Nothing can be creepier then coming to class with a professor who shows handmade documentaries and relays way-to-heavy information on you every morning. I recall one particular professor I had that could not stop telling us all of his confidential information. I had a lingering suspicion he already profiled my classmates and I by the 1st day. From the NAACP being formed by white people, to Martin Luther King being hand picked by Harvard professors, to the Weather Underground documentaries (highly explicit), this guy was all over. I just wanted to be like, hey enough with this masonry, where is the Sociology? Education is not an excuse to exercise your personal beliefs through loosely related content. The same professor sent a former soldier with PTSD out of his class for politely supporting the section 8 movements.

4. Infinity

The concept of infinity is arguably the scariest single human concept we attempt to grasp. To put infinity in Laymen’s its everything happening at once, it’s the part of life force that no technology can contain or capture. We can try to understand and define it, but no person has accurately explained it. Even with the modern concepts on infinity, we involve fatality and morality, simply because we (for the most part) are bound by our life experiences, which forms what we are. Bioshock Infinite is a good modern example of this, but this execution doesn’t necessarily cover all the aspects, as infinity can overrule fatalism. All it takes is belief, and the rest changes from there.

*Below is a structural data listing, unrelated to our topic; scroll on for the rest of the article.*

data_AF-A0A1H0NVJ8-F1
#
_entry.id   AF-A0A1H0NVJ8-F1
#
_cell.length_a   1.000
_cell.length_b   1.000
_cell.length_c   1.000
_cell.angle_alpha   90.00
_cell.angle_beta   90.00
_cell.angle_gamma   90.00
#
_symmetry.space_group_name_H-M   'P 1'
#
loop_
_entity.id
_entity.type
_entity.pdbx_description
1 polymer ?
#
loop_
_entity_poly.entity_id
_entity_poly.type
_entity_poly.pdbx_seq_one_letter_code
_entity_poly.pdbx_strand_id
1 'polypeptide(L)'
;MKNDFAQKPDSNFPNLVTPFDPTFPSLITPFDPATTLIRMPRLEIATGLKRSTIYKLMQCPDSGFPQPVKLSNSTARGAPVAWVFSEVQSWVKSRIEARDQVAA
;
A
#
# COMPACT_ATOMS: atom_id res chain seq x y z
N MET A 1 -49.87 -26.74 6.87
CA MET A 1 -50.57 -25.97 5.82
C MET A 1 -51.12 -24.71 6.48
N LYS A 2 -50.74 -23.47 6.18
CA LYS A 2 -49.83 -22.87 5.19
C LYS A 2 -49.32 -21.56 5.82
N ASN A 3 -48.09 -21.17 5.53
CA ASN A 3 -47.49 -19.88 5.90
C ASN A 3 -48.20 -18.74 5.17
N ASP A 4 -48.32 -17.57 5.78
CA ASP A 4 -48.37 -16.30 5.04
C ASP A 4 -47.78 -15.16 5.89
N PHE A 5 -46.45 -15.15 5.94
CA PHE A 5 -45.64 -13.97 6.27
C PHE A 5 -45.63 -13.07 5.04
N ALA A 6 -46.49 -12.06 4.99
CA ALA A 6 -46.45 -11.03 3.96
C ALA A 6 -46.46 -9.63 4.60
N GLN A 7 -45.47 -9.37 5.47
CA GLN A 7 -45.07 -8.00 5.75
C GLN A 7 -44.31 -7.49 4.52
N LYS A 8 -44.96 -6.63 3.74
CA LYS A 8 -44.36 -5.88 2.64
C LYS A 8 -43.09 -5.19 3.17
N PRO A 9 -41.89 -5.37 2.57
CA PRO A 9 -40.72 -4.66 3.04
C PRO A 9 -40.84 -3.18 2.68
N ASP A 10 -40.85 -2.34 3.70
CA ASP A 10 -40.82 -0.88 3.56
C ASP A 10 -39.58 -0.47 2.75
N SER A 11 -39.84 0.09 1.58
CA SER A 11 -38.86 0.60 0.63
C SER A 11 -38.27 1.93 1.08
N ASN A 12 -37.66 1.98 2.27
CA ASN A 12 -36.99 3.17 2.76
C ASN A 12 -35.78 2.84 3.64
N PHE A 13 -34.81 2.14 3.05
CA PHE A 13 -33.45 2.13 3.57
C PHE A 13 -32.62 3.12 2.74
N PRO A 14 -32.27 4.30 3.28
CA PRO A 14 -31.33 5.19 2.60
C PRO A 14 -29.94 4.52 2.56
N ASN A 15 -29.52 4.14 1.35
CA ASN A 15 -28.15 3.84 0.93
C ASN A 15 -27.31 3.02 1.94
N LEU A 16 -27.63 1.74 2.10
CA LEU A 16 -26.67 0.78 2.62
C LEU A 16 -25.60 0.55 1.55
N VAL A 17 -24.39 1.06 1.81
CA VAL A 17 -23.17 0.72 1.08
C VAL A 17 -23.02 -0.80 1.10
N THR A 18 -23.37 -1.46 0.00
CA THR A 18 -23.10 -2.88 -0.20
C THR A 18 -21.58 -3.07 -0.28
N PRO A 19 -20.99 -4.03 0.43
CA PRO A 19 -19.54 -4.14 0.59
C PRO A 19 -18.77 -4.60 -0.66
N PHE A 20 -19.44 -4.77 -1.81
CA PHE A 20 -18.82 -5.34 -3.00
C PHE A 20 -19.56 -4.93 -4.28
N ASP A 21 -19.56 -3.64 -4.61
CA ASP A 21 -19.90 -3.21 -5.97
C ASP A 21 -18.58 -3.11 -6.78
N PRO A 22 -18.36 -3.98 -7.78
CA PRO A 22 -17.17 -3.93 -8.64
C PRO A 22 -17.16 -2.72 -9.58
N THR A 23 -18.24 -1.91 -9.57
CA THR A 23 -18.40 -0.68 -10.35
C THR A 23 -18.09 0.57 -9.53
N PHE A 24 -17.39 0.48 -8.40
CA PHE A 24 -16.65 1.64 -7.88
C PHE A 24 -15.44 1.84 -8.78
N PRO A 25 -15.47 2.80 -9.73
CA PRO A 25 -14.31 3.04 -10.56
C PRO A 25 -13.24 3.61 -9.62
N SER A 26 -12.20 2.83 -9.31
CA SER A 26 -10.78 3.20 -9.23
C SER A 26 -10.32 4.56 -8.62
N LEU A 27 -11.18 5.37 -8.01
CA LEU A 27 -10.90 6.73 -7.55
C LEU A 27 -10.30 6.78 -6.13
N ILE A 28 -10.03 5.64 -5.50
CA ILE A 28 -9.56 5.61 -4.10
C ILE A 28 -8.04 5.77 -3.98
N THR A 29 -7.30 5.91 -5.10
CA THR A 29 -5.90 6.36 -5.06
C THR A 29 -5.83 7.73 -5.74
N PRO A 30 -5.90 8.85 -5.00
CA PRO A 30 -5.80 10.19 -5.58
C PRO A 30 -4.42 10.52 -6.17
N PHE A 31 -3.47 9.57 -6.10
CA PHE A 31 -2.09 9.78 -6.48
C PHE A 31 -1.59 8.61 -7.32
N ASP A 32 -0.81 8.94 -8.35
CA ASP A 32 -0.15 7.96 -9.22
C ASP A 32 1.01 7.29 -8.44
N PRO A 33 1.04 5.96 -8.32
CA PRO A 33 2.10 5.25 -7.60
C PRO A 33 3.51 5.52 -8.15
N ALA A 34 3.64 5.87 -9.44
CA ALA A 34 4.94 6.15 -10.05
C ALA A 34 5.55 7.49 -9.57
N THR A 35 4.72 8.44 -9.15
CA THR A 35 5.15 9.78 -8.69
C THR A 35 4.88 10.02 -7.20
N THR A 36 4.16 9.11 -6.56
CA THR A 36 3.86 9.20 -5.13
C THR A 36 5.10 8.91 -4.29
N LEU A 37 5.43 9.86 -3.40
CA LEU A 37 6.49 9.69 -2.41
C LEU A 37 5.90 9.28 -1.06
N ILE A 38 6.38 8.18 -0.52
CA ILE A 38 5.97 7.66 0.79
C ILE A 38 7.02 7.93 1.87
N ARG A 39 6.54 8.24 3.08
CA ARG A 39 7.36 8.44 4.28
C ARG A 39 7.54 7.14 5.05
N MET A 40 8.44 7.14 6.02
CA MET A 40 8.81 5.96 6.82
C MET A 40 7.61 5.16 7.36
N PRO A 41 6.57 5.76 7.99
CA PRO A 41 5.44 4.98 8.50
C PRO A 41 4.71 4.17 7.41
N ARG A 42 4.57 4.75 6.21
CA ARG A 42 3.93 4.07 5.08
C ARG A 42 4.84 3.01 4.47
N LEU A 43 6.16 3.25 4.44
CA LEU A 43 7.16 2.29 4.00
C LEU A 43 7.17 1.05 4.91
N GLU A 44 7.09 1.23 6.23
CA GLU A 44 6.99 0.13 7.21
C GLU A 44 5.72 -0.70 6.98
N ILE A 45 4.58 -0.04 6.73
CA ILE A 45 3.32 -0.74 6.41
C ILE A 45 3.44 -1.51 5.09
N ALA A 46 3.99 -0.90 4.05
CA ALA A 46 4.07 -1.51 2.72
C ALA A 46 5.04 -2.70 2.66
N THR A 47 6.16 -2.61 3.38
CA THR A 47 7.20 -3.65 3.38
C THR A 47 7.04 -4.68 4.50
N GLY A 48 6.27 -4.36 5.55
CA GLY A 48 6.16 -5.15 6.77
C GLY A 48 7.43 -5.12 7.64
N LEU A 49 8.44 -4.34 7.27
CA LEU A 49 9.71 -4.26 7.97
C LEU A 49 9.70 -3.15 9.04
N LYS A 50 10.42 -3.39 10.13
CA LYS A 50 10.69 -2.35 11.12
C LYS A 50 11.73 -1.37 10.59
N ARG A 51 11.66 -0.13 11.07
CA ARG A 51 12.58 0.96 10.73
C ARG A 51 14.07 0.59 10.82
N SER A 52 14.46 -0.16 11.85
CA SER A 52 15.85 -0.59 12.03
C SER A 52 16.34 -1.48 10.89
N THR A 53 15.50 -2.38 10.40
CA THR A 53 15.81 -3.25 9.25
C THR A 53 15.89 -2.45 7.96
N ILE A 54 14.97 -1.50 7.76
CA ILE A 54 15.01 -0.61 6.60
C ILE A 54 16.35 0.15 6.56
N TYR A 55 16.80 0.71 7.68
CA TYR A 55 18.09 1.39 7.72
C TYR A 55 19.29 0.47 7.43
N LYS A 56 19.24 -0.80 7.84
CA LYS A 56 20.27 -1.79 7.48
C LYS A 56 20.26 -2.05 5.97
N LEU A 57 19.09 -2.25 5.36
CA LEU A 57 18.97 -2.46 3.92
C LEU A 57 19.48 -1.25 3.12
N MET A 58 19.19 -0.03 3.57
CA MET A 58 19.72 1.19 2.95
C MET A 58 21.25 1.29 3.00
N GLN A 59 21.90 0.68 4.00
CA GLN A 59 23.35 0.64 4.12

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5. Taxidermy subject filming

 When I saw Jan Svankmajer’s “Alice”, I was purely freaked out. The effect of using once-living creatures as puppets is beyond sardonic, little alone making an Alice in Wonderland rendition in the process. This movie was everything I envisioned Alice in Wonderland to be, before I saw the cartoon. You could feel the confusion of the main character with little external dialogue, in a story like Alice in Wonderland, it can’t not help to take a conscience’s perspective. I feel like modern horror moviemakers should make note of these analog techniques. Maybe I could be scared in a movie theater again, not just waiting for the next loud noise or rendered graphic to jump out at me.

6. The Wicker Man (1973)